Disc brake rotor direction question?

uart
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Disc brake rotor direction question?

Postby uart » Sat Sep 09, 2017 10:14 am

I'm just fixing up an old folding bike with front disc brakes. I think I need a new rotor (this one is a bit warped) but I'm going to at least have a go at straightening it first.

Being unfamiliar with bike disc brakes (all my other bikes have rim brakes) I initially thought that the rotor was on backwards. The direction of the disc rotation seemed wrong, but now I've seen some others I find that it was actually correct.

So my question is why do they choose the direction of rotation such that it puts the spokes in compression rather than tension? I just seems wrong.

See for example this image which is similar to the one I have. See that the braking force in the radial "spoke" sections of the rotor will be pushing rather than pulling. Has anyone else ever noticed that and thought it weird?

Image
Last edited by uart on Sat Sep 09, 2017 1:45 pm, edited 1 time in total.

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Duck!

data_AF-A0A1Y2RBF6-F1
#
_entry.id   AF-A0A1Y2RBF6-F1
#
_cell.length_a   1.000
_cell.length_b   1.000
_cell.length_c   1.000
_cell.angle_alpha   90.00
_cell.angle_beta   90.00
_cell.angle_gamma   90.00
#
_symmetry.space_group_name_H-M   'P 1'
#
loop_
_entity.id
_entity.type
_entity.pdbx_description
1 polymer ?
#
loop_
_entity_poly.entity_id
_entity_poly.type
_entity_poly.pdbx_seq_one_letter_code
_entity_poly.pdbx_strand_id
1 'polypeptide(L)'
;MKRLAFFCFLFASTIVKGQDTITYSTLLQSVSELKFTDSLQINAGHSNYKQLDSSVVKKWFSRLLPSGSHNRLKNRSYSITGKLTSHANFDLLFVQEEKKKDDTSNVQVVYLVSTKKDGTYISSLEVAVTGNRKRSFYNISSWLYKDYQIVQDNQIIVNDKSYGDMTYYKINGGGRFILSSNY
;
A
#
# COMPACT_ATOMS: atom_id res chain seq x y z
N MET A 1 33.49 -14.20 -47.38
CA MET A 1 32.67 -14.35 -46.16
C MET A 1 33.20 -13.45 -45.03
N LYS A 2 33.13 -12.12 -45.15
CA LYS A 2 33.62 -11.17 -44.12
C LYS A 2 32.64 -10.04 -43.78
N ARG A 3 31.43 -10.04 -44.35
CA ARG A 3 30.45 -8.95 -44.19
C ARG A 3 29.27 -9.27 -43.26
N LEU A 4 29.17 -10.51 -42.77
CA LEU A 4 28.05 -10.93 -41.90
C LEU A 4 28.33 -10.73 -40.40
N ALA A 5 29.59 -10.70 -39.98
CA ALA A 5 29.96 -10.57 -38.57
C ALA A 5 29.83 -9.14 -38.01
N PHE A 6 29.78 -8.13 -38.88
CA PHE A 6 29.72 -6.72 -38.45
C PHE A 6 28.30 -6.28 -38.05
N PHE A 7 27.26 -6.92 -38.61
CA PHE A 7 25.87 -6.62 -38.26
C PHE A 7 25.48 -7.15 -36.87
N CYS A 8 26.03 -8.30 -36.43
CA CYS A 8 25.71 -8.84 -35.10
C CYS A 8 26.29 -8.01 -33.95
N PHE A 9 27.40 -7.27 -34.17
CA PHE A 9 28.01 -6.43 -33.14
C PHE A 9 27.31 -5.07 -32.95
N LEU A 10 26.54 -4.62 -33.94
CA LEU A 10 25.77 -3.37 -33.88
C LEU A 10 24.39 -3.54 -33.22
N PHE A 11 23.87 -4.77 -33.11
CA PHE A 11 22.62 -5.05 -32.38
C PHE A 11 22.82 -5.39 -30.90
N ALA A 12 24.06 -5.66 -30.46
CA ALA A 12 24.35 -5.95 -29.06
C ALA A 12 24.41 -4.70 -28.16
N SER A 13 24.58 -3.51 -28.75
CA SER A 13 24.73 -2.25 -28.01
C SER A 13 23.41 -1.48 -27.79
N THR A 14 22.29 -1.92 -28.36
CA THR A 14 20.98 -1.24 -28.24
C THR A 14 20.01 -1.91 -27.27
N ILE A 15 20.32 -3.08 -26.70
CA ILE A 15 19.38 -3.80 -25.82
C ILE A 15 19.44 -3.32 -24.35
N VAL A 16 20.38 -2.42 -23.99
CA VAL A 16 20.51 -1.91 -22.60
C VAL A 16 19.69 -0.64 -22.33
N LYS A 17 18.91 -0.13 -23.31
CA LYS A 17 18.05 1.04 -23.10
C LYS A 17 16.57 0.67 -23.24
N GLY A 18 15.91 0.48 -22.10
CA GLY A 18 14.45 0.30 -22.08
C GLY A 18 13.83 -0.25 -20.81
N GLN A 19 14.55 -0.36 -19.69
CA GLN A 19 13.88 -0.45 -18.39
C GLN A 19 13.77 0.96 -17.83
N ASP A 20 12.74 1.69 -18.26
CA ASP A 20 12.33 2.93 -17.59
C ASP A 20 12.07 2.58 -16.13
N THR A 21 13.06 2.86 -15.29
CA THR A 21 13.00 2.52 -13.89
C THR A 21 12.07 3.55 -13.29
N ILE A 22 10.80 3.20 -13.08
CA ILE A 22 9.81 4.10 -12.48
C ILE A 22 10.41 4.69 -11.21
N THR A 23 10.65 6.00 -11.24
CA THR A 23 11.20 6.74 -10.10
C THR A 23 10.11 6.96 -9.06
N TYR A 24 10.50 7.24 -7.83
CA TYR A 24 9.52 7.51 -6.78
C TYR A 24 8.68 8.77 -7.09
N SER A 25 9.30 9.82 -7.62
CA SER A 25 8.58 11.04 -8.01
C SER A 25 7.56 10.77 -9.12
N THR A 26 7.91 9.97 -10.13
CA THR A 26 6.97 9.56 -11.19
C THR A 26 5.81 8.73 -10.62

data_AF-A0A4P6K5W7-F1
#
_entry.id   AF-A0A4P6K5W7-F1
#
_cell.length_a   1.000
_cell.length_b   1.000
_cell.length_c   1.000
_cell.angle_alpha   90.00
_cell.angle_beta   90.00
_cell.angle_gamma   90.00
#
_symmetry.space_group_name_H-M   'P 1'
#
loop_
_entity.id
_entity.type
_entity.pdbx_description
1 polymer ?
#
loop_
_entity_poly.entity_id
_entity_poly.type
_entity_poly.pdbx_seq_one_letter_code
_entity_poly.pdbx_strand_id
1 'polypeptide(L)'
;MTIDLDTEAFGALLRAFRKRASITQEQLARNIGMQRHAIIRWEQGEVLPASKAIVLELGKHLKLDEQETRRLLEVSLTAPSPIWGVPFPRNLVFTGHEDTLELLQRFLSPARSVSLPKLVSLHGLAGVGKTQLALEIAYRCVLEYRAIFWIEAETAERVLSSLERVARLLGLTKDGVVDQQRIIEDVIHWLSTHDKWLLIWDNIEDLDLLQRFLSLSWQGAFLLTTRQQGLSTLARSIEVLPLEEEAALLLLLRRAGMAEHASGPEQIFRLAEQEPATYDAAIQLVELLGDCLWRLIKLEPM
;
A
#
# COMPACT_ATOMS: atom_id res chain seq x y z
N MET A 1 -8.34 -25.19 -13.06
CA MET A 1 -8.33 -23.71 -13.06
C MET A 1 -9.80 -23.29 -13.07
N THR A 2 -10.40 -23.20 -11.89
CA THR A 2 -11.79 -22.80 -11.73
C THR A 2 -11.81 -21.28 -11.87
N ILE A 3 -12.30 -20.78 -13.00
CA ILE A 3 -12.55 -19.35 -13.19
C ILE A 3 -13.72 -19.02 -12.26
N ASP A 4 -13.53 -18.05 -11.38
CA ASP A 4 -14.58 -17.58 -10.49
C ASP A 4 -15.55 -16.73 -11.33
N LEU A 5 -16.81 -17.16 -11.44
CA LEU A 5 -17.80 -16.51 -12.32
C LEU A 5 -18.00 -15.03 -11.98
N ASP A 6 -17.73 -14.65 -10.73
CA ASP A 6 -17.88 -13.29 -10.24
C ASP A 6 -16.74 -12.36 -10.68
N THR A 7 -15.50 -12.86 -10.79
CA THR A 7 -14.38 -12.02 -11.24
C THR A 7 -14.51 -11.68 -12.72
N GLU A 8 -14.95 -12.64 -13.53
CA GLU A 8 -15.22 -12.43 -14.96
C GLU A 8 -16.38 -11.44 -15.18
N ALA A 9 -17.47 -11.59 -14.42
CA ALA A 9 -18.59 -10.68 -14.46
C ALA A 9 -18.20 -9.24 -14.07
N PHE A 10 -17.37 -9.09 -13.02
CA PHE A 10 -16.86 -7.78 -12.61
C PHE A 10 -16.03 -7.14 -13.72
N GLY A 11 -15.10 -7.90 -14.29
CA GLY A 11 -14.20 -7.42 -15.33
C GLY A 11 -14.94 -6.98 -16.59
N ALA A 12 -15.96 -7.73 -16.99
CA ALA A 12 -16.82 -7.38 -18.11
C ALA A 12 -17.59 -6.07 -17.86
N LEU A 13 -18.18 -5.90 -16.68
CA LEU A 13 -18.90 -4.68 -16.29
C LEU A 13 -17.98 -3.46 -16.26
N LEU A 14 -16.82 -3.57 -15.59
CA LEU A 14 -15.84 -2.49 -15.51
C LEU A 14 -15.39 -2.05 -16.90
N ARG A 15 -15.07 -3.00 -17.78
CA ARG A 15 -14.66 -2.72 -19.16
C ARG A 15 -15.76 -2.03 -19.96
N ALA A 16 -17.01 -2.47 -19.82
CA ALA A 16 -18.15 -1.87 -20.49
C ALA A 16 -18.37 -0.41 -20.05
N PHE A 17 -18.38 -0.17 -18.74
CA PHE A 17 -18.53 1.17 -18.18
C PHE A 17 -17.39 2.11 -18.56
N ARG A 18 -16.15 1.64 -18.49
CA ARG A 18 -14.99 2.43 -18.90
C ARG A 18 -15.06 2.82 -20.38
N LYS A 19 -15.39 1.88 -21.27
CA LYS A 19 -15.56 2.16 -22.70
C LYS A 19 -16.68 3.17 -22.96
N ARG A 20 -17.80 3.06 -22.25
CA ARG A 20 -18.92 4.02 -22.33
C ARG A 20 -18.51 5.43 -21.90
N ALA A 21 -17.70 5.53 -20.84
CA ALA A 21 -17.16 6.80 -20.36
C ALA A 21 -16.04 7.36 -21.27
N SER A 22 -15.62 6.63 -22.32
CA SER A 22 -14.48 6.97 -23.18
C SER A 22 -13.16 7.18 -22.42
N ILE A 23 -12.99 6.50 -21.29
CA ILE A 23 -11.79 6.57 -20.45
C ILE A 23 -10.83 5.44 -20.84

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Re: Disc brake rotor direction question?

Postby Duck! » Sat Sep 09, 2017 10:59 am

The direction of the rotor spokes supports the braking part of the rotor and keeps it in the right place under heavy brake load. If the rotor is reversed so the spokes angle backward, the rotor will collapse.
I had a thought, but it got run over as it crossed my mind.

uart
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Location: Newcastle

Re: Disc brake rotor direction question?

Postby uart » Sat Sep 09, 2017 1:49 pm

Thanks Duck. So it's really the hoop strength of the outer "rim" part of the rotor that is supporting it. The pushing "spokes" also push the outer "rim" into tension. Yeah I guess that makes sense. :)

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Nate
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Re: Disc brake rotor direction question?

Postby Nate » Mon Sep 11, 2017 1:37 pm

i thought the same thing, & you're correct - steel is always in tension, NOT compression.

dont focus on the arms being in compression or tension, look at the disc.

in the pic above the arms are in compression, BUT the rotor disc is actually in tension, i.e. you're trying to stretch the disc & make it bigger.
If you had the arms in tension, you'd have the disc in compression & trying to make the disc smaller - which would/could fail & distort.

Thats my reasoning IMHO... feedback from anyone else welcomed!

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